DHAKA – Shafiqul Islam was studying business at Dhaka College in 1971 when a bloody and brutal war for independence ravaged Bangladesh. After undergoing guerrilla training in India, he returned to fight against Pakistani soldiers.
“It was a time of total destruction,” he said. “Our bridges and roads were destroyed, our women were raped, towns were under siege. Thousands of homes and shops were torched.”
Nine months after it began, the war culminated in the country’s independence.
Fifty years on, 67-year-old Islam presides over Arrival Fashion Ltd., a new-generation garment factory spread over 2.5 acres and surrounded by lush paddy fields on the outskirts of the capital, Dhaka. The factory employs nearly 3,000 workers who make jeans for export to Europe and North America.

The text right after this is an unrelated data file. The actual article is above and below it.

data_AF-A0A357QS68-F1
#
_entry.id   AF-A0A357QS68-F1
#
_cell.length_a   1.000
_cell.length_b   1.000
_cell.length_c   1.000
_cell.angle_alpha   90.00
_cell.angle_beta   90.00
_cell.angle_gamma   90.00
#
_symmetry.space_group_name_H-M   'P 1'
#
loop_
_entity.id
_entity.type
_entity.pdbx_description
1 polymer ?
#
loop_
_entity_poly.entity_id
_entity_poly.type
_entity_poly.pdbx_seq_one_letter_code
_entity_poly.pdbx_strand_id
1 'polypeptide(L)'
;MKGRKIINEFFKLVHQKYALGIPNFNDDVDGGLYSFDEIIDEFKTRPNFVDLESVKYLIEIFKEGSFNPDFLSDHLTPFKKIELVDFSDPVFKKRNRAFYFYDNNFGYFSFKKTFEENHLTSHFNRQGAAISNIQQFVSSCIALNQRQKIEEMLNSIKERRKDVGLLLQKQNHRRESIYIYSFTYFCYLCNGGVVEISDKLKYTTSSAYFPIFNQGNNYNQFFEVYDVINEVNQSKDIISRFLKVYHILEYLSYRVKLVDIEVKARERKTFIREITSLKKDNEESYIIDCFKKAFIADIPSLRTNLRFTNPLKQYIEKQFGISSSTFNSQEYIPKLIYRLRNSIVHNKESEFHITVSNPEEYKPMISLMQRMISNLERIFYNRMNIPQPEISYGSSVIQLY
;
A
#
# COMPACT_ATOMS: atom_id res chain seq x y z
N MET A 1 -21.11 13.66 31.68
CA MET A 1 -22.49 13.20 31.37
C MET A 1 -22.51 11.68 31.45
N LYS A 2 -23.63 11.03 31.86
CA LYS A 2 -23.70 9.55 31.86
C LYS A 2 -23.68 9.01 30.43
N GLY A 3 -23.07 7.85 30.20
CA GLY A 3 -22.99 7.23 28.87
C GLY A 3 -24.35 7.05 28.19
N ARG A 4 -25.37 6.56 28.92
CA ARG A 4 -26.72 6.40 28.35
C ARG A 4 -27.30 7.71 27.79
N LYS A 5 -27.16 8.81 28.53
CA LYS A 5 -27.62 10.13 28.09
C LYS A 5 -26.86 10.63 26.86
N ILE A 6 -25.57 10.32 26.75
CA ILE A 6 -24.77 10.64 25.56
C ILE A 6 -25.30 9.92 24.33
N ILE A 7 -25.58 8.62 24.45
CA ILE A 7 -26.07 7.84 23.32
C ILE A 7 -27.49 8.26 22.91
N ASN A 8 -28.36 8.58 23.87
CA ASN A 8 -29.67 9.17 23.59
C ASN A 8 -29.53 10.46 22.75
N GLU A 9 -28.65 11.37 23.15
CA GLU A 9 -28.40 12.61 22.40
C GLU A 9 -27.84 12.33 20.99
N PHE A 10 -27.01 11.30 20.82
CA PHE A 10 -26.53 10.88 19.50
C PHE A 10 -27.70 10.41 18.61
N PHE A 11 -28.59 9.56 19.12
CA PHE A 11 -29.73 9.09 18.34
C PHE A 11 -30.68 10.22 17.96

Islam’s story in many ways mirrors the rise of Bangladesh, home to 160 million people.
On the eve of a half-century of independence this week, Bangladesh has been hailed as a success story for a young nation born out of strife and turbulence. Although it has struggled with famine, poverty, military coups and political violence, it's also been celebrated for what experts say is remarkable progress in uplifting the lives of its young population.
Millions have risen out of poverty as the country has unexpectedly become one of Asia’s fastest-growing economies thanks to sectors like its garment industry, which clothes millions around the world.
But some fear its success conceals a darker turn, including concerns over its most recent election in 2018 when Prime Minister Sheikh Hasina won a fourth term after clinching 266 out of 300 seats in Parliament. It was a tainted election, as rights groups condemned violence against opponents who alleged manipulated and rigged voting.